When asked why he had not pursued criminal charges for perjury, Comey correctly pointed out that was not the focus of the inquiry and that if the matter of Clinton’s possible perjury was to be pursued, it would have to come after a request from Congress (which has now apparently occurred).

I, for one, do not believe there was or is any conspiracy on the part of Comey or the FBI with the Obomba administration or anyone else to compromise the investigation. I do believe, as many do, that Clinton did, in fact, violate one or more statutes and that she should have been prosecuted.

Even for those who disagree that she should have been prosecuted, it should give one pause to realize that a candidate for President was incompetent to the point of arguably violating the law and compromising national security. We have elected Presidents in the past who turned out to be corrupt and incompetent to the point of criminality. We have never, to my knowledge, elected a President who we knew was already guilty of these failings.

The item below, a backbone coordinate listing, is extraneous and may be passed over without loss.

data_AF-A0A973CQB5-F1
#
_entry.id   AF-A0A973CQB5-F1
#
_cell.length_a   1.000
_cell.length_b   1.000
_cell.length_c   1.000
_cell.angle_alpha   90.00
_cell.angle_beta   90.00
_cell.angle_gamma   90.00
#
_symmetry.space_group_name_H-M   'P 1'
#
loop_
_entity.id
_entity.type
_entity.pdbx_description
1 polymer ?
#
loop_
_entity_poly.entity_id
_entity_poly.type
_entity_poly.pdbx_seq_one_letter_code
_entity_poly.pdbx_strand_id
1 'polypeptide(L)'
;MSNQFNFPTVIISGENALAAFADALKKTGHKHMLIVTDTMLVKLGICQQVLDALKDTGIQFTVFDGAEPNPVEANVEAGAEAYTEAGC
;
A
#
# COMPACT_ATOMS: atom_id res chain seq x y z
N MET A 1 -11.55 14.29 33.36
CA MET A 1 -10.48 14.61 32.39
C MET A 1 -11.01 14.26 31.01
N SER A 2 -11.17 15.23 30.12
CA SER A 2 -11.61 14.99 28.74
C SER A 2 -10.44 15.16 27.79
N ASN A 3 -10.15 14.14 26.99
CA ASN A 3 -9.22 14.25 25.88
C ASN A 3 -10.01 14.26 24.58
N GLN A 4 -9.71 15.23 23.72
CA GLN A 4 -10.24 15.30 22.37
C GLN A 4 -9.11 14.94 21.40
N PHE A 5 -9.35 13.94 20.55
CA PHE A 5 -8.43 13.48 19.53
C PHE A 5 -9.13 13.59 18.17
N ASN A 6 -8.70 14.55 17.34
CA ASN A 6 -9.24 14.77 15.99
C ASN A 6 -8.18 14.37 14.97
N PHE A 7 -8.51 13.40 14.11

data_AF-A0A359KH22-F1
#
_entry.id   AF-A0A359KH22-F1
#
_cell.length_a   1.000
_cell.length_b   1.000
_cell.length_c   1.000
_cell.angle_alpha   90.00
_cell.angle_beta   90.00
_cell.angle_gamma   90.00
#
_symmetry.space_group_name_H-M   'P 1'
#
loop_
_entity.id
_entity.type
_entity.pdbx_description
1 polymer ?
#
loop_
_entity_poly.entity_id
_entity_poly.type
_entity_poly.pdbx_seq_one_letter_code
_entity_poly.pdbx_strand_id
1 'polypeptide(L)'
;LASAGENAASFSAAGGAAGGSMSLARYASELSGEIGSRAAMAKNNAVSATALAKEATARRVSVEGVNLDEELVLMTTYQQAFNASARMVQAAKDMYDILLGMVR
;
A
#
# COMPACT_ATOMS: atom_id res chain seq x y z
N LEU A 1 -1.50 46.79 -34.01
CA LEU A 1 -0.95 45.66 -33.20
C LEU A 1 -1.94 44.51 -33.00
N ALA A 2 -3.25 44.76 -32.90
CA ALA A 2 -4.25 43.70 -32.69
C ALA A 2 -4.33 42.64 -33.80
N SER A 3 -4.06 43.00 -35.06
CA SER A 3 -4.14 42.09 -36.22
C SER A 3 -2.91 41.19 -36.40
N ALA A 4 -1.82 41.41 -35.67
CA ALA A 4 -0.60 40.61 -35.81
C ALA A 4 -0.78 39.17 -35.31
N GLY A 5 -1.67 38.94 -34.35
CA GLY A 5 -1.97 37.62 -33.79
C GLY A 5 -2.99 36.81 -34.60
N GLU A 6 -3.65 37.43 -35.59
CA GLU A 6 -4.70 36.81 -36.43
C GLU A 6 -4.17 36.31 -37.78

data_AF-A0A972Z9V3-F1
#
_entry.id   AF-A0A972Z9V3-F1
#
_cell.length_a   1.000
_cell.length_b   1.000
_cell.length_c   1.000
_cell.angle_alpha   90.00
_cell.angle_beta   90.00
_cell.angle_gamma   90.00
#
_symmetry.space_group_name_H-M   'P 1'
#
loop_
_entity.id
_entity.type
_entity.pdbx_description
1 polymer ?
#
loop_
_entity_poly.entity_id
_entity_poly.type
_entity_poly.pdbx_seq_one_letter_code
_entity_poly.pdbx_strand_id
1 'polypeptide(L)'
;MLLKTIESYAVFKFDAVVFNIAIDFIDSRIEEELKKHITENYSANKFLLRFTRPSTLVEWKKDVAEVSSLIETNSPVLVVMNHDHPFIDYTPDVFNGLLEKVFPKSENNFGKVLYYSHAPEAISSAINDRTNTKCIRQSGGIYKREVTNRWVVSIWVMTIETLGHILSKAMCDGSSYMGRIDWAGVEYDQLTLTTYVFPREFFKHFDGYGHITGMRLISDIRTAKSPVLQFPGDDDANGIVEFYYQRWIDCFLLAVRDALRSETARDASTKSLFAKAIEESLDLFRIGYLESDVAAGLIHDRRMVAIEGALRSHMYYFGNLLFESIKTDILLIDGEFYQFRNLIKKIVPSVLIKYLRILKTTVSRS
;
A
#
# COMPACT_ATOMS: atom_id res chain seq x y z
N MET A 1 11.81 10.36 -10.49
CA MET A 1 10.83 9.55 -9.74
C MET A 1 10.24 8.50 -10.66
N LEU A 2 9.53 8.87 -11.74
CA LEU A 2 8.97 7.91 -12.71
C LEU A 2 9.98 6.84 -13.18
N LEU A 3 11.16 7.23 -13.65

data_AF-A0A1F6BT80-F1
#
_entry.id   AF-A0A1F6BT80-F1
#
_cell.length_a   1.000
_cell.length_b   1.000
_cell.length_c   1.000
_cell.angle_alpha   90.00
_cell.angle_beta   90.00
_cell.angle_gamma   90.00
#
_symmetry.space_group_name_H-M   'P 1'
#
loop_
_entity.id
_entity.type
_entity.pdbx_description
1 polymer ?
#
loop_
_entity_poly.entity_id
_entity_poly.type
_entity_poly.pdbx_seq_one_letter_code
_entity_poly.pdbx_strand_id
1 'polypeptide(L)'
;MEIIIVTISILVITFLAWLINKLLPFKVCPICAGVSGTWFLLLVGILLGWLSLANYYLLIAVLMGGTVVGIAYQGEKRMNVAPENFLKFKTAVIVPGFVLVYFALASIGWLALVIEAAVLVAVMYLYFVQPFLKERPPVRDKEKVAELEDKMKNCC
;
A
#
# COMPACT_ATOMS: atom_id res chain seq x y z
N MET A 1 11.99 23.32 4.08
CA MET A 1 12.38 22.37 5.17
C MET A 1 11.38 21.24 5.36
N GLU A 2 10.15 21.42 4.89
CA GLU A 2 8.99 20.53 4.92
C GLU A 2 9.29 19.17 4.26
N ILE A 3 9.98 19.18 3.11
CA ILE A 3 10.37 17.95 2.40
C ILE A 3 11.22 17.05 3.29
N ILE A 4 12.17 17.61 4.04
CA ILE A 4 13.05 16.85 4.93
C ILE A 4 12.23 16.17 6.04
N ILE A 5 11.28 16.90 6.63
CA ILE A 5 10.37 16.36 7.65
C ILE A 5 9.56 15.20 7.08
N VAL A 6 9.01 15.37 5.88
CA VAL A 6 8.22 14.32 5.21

Another mass shooting, another call for more gun control. The Prexy says he is unabashedly going to politicize the issue, in calling for more…more…well, he didn’t say in his recent diatribe on the issue. We require gun collectors to have a federal firearms license to own certain so-called nasty weapons. We have background checks for most gun purchasers. In some cities, like Chicago, we have stringent gun control laws at the local level. We have year after year decline in gun violence according to FBI stats. And yet, we need more laws, more regulations to…to…well, we’re not sure what but something must be done. Right? If we restrict access to guns, if we restrict the number of guns people can own, if we limit the number of rounds in a clip, this has to help. Right? After all, the argument goes, why do people need so many guns? Why do they need automatic weapons? I mean, come on, what is wrong with all of you? In Australia, the government has solved the problem by confiscating all the guns. Of course, as some have pointed out, to confiscate all our guns in this country would probably take 100 years. And with the cartels, for example, pouring guns across our non-existent border with Mexico, that would pretty much guarantee only the bad guys would have the guns. We could, of course, authorize our governments to forget about the pesky issues of the First and Fourth Amendments and simply allow the police to randomly search everyone and every place for our guns. And, of course, we can ignore the facts that establish that places like Chicago have some of the highest gun violence stats in the world, let alone the country. And of course, we have that outdated concept of gun ownership, embodied in the Second Amendment. Do we really need to own guns in today’s society? Will we really need to raise a militia to protect ourselves in case we are ever invaded? After all, with our current foreign policy where we have disengaged, reduced our military and sit complacently behind our two oceans with apparently nothing to fear, is that likely? And why have guns to protect ourselves and our homes? The government will do that, right? We should enact more gun free zones and advertise their existence. That way, if some nut with a gun does go on a rampage, it will be in one of those places and the rest of us will be safe. After all, anyone who is stupid enough to go into a gun free zone deserves what they get, right? And trying to deal with the root causes of violence is just too difficult. It is much easier to deal with the instruments of violence than its root causes. The only problem I see is that after we take away everyone’s guns, these crazy people will have to resort to better weapons of mass destruction. Soon, we will have to start worrying about crazies blowing up whole movie theaters with bombs. But, what the hell, one problem at a time.